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Remembering Yale graduate and ‘Shakespeare Lady,’ Margaret Holloway

New Haven

Holloway died this year from COVID-19. She was 68.

NEW HAVEN, Conn. (WTNH) — She triple majored at the Yale School of Drama yet was panhandling in the shadows of Yale’s campus. The story of Margaret Holloway is one about darkness and demons battling the inner workings of a true Shakespearean actor and talented woman.

The New York Times called her the ‘Shakespeare Lady,’ known for her incredible ability to memorize lines from Shakespearean plays-almost always performing on the streets of the Elm City.

Longtime friend and fellow thespian Aleta Stanton recalls the great Margaret Holloway and her alluring ability to attract a crowd despite her ragged clothing and rough appearance.

“I never saw anybody who treated her like a panhandler I never saw anybody who passed her by and said ‘no no no.’ We pretty much always attracted a crowd,” Stanton said.

The Times said she was a once-promising director and actor who struggled with mental illness and drug addiction after graduating from the Yale School of Drama in 1980.

The longtime performer stopped acting in the streets about three years ago.

Her performances weren’t long but they were very memorable.

“It was just a few minutes, you know, it wasn’t long at all. Or maybe even a few seconds. But there was always somebody else who stopped because they were mesmerized by what she was doing,” Stanton said.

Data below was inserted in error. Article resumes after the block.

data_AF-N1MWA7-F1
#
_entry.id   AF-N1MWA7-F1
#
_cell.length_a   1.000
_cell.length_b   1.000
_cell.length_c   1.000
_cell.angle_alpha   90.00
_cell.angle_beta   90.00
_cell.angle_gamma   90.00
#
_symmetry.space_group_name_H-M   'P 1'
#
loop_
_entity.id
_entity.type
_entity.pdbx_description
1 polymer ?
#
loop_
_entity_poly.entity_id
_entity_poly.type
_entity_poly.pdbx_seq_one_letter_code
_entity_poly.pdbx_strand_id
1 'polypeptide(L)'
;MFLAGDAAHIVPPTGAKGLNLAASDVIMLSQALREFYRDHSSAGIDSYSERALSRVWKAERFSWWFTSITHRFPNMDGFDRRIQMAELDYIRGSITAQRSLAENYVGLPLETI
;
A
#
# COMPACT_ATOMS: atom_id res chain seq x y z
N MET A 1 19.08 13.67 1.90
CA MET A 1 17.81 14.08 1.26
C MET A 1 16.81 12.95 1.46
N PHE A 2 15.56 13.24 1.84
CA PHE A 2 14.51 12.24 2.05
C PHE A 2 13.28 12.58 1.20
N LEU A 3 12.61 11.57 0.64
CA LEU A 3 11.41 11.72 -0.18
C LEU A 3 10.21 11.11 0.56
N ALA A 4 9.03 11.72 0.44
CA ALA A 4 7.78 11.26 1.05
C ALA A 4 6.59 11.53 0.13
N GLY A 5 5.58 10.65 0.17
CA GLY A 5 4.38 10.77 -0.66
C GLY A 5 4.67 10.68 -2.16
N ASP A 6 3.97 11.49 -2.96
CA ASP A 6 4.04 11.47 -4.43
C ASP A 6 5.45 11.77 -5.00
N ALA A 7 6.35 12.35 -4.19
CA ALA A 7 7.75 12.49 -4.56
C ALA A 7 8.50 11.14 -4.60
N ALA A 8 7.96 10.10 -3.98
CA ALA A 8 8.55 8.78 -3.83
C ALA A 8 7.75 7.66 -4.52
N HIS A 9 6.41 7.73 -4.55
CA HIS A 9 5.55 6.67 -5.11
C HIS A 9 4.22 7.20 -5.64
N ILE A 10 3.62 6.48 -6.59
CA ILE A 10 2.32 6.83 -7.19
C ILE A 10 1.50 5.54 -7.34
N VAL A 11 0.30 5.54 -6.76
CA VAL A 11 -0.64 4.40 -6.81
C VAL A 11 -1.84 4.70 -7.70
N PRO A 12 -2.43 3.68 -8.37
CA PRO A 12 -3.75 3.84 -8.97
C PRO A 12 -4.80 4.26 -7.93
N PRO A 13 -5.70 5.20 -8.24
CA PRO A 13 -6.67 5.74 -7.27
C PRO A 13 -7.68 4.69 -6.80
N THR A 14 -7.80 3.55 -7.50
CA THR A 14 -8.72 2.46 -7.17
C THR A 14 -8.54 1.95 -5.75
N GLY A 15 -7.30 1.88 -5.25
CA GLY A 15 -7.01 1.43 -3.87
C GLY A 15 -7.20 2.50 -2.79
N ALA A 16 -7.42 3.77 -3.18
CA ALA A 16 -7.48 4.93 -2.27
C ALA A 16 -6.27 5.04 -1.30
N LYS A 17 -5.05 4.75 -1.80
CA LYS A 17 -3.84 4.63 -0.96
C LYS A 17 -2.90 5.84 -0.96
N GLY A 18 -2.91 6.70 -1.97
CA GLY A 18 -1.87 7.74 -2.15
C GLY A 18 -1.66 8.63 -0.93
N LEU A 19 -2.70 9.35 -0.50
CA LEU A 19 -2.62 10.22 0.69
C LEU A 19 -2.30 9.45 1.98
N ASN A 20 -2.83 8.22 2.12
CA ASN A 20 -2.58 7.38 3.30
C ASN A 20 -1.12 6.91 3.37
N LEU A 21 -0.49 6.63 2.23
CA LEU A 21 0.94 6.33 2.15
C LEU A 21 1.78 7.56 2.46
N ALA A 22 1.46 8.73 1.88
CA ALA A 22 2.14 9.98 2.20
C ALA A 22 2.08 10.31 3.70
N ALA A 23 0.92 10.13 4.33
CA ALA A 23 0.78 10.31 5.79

Holloway died this year at age 68 from COVID-19.

She lived her last days in a local nursing home. Many are now remembering the woman with a big presence and an even bigger smile that lit up the street.

“I’m glad she’s at rest because I knew that one time I would see her and she’d look really different and I knew that there was a struggle going on, and, she’s at rest now,” Stanton said.

Yale’s School of Drama released a statement on the death of Holloway. It said in part,

“The last time we spoke, she was frightened about the possibility of contracting COVID-19 and being alone. Tragically, her worst fear came true. [We] only wish that she could see the outpouring of love, affection, and respect she is receiving now from her many friends and acquaintances.”

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